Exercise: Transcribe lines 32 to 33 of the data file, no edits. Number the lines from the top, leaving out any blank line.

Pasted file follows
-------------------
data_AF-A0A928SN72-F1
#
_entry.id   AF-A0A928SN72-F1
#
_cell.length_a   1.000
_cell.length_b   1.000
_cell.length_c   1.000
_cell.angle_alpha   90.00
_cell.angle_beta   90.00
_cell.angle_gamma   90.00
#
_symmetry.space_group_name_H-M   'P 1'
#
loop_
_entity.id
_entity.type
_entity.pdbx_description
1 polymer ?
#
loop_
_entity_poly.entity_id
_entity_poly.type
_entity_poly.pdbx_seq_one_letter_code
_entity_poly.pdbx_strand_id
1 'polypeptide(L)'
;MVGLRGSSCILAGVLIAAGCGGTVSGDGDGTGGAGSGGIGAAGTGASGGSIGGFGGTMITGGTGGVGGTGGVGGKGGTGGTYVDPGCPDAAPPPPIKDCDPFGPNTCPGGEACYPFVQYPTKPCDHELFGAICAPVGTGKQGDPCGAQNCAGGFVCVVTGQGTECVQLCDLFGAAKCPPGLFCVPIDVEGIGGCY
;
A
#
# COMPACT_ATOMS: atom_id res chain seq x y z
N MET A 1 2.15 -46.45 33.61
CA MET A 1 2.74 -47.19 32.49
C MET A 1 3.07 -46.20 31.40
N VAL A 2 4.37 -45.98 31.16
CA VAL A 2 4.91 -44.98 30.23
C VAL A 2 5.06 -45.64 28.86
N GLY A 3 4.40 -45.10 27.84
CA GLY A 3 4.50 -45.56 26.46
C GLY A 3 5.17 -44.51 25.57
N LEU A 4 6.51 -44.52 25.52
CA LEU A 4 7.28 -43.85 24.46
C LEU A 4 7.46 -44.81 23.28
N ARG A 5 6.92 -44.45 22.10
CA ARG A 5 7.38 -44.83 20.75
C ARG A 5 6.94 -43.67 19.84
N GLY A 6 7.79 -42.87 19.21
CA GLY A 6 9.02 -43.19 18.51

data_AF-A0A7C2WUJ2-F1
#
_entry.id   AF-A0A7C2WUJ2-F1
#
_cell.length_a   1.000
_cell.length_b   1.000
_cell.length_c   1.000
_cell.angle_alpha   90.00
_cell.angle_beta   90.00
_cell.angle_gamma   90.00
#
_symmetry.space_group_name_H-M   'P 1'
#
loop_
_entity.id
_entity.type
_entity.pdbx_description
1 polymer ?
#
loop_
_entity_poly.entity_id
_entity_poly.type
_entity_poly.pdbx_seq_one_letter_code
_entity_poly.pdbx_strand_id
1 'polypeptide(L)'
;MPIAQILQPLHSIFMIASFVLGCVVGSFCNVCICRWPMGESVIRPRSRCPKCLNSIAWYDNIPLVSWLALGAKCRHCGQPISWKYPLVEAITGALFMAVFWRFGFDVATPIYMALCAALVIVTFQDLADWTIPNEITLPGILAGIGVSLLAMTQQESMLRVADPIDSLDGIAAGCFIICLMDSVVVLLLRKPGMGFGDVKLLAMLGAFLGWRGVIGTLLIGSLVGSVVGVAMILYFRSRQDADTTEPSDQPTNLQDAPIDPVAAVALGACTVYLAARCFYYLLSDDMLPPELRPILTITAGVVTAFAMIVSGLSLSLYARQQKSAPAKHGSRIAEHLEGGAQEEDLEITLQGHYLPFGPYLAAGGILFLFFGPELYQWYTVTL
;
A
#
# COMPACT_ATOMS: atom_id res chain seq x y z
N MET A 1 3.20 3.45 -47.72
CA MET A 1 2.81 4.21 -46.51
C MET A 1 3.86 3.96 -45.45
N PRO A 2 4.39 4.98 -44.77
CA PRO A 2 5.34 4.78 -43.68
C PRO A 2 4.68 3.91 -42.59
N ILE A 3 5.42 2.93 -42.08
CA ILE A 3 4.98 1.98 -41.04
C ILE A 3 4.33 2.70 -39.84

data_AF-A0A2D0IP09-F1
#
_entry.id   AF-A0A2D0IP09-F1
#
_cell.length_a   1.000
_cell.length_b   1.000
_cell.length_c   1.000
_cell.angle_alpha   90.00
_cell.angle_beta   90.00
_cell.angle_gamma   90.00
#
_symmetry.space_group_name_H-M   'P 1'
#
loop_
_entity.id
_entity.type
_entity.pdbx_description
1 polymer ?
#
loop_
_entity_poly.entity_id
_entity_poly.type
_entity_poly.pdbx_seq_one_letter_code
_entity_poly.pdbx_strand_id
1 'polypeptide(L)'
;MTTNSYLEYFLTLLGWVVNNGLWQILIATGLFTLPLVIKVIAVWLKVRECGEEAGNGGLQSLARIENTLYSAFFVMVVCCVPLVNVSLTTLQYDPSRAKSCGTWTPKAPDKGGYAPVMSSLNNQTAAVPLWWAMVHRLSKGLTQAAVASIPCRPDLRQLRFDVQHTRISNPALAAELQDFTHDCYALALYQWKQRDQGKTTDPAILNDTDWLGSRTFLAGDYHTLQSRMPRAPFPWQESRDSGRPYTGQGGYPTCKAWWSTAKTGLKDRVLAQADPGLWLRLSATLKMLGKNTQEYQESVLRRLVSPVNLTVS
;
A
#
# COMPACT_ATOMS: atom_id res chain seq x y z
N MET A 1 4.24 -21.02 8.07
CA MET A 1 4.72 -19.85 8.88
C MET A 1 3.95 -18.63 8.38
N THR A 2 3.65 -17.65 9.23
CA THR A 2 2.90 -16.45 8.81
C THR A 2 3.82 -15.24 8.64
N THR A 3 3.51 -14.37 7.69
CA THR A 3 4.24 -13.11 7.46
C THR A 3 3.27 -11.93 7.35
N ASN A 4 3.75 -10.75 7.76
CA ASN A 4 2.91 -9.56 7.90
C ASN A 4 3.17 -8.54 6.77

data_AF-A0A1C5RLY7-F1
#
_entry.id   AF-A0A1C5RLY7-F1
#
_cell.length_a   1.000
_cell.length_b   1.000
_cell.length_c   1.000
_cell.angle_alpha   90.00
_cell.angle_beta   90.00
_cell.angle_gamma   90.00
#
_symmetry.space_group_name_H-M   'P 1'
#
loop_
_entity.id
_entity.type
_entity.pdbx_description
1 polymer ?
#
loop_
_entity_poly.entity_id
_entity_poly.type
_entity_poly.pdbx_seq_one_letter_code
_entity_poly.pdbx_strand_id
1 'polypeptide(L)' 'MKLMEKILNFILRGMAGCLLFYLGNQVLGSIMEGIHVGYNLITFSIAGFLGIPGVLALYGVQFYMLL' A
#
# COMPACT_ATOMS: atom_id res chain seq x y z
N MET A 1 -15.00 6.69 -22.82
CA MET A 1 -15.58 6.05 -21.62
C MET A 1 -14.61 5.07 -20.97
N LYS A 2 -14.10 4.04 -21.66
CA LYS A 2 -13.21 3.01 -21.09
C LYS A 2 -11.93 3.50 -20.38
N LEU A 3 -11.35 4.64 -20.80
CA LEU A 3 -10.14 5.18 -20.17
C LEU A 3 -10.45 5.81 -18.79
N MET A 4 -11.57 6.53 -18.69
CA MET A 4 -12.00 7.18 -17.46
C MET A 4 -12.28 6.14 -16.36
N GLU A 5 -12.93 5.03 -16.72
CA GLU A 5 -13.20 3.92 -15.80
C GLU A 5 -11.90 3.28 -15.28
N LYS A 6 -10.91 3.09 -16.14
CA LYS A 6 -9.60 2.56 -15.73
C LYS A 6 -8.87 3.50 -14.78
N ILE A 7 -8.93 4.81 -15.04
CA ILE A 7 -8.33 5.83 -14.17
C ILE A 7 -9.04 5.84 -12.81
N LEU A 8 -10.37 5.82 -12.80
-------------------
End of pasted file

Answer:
CA MET A 1 2.74 -47.19 32.49
C MET A 1 3.07 -46.20 31.40